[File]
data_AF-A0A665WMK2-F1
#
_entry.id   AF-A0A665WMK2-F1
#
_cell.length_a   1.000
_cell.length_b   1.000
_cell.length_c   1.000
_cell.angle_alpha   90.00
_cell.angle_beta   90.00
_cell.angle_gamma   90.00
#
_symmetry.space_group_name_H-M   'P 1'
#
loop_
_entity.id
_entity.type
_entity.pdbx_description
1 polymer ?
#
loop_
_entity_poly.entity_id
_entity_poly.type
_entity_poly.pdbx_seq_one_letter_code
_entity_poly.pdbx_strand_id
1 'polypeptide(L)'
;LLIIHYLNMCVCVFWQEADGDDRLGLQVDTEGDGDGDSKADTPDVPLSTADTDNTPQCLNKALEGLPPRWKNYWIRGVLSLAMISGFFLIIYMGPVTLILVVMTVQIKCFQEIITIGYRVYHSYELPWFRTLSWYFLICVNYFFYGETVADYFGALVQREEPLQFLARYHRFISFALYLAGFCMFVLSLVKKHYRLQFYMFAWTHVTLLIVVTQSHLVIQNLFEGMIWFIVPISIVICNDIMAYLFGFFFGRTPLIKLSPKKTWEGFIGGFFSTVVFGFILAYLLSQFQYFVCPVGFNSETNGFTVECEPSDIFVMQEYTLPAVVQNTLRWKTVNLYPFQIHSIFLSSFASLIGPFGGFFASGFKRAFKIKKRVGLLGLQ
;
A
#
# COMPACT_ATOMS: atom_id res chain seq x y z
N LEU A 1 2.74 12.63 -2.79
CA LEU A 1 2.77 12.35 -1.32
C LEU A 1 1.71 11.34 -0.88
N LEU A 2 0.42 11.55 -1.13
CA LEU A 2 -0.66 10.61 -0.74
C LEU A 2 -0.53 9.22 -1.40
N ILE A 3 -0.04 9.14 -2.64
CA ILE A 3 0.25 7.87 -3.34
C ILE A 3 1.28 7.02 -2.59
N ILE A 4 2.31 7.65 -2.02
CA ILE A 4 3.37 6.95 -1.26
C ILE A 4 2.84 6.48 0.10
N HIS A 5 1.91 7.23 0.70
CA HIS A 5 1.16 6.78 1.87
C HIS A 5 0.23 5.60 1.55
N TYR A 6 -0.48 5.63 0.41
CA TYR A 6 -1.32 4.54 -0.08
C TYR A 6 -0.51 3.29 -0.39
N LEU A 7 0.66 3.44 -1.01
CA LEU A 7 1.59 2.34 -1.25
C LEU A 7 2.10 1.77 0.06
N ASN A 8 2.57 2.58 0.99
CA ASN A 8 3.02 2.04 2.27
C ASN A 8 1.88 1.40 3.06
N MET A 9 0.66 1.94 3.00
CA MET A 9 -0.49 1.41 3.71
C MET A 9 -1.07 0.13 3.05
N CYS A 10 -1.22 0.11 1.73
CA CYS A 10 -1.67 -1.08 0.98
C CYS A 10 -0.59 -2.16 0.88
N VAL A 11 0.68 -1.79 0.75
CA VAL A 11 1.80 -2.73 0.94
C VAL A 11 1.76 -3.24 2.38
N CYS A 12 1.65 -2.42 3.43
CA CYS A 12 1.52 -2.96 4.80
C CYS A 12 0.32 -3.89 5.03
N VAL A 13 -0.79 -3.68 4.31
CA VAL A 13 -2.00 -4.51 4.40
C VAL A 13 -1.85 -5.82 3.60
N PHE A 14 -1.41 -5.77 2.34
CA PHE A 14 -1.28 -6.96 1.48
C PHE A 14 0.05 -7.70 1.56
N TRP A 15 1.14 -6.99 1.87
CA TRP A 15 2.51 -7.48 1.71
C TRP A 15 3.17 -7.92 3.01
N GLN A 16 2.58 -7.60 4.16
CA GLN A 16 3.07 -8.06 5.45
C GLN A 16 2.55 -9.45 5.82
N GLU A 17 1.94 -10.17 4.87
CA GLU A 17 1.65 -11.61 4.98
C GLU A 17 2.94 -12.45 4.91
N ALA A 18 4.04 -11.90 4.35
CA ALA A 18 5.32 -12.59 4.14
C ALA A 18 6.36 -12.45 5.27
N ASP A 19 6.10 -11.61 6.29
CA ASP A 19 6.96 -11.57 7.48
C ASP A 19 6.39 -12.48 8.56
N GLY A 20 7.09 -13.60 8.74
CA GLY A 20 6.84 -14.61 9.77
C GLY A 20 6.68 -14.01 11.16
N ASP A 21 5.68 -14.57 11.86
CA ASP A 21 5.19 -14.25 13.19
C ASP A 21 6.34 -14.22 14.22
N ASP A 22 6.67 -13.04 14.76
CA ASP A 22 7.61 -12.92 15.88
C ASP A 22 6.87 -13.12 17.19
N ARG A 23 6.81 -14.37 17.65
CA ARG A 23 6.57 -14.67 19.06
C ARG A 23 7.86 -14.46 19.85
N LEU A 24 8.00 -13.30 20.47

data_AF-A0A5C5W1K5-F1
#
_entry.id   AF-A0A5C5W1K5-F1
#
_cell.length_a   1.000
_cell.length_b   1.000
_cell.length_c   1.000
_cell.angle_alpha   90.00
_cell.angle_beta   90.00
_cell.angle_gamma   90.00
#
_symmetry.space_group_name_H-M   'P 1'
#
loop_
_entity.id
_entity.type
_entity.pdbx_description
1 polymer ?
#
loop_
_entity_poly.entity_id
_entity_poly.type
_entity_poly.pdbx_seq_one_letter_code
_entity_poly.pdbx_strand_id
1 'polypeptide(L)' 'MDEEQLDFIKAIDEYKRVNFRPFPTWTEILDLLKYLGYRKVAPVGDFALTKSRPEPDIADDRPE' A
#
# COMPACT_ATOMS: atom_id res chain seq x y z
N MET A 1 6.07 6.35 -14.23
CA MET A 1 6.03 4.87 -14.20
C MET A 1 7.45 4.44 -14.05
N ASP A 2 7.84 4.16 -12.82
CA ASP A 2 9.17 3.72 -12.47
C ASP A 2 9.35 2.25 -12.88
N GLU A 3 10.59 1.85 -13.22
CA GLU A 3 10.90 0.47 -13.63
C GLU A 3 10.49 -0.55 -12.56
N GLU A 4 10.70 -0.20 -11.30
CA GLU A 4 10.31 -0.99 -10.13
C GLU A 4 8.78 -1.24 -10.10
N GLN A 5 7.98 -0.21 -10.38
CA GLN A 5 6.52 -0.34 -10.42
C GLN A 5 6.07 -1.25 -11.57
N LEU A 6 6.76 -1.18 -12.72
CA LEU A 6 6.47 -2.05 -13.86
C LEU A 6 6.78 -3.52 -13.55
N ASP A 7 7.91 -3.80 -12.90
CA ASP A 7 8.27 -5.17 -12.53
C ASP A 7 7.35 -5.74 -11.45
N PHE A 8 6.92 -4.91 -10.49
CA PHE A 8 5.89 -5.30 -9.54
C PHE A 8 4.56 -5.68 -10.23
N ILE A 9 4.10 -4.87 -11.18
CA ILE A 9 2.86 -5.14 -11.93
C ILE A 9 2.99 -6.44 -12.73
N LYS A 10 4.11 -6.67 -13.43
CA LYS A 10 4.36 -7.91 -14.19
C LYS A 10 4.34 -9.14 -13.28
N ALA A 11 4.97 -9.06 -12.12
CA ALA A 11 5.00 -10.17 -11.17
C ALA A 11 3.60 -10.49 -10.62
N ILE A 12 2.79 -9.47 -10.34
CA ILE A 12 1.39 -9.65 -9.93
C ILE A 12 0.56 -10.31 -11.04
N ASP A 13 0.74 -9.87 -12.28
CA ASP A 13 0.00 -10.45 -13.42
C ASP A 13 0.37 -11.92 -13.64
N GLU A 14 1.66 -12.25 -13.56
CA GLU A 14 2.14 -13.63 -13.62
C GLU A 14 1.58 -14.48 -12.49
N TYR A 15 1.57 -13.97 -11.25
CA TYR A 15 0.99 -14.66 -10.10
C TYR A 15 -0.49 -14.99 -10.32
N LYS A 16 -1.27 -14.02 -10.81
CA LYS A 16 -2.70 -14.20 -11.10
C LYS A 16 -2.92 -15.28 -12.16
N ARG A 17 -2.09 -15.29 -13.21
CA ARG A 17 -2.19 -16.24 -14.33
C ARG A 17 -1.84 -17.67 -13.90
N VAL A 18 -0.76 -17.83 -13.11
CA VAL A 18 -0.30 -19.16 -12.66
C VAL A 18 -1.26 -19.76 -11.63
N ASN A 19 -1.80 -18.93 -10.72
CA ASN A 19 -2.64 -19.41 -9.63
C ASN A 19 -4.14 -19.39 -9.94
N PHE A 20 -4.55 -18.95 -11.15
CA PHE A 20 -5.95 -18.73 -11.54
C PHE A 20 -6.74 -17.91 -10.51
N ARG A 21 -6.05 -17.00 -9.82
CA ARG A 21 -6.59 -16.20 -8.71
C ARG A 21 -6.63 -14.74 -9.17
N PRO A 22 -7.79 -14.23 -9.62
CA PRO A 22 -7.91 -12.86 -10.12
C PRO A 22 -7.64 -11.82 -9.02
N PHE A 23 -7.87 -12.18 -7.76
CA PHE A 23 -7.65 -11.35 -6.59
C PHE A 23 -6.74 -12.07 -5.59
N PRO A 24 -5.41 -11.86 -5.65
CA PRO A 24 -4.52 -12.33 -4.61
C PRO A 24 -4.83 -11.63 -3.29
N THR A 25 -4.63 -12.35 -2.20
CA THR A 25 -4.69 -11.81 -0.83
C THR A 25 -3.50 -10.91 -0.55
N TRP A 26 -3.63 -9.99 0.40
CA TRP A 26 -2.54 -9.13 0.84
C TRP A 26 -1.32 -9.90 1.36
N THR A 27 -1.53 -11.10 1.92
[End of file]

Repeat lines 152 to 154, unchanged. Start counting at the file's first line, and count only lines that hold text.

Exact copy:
N ILE A 9 4.10 -4.87 -11.18
CA ILE A 9 2.86 -5.14 -11.93
C ILE A 9 2.99 -6.44 -12.73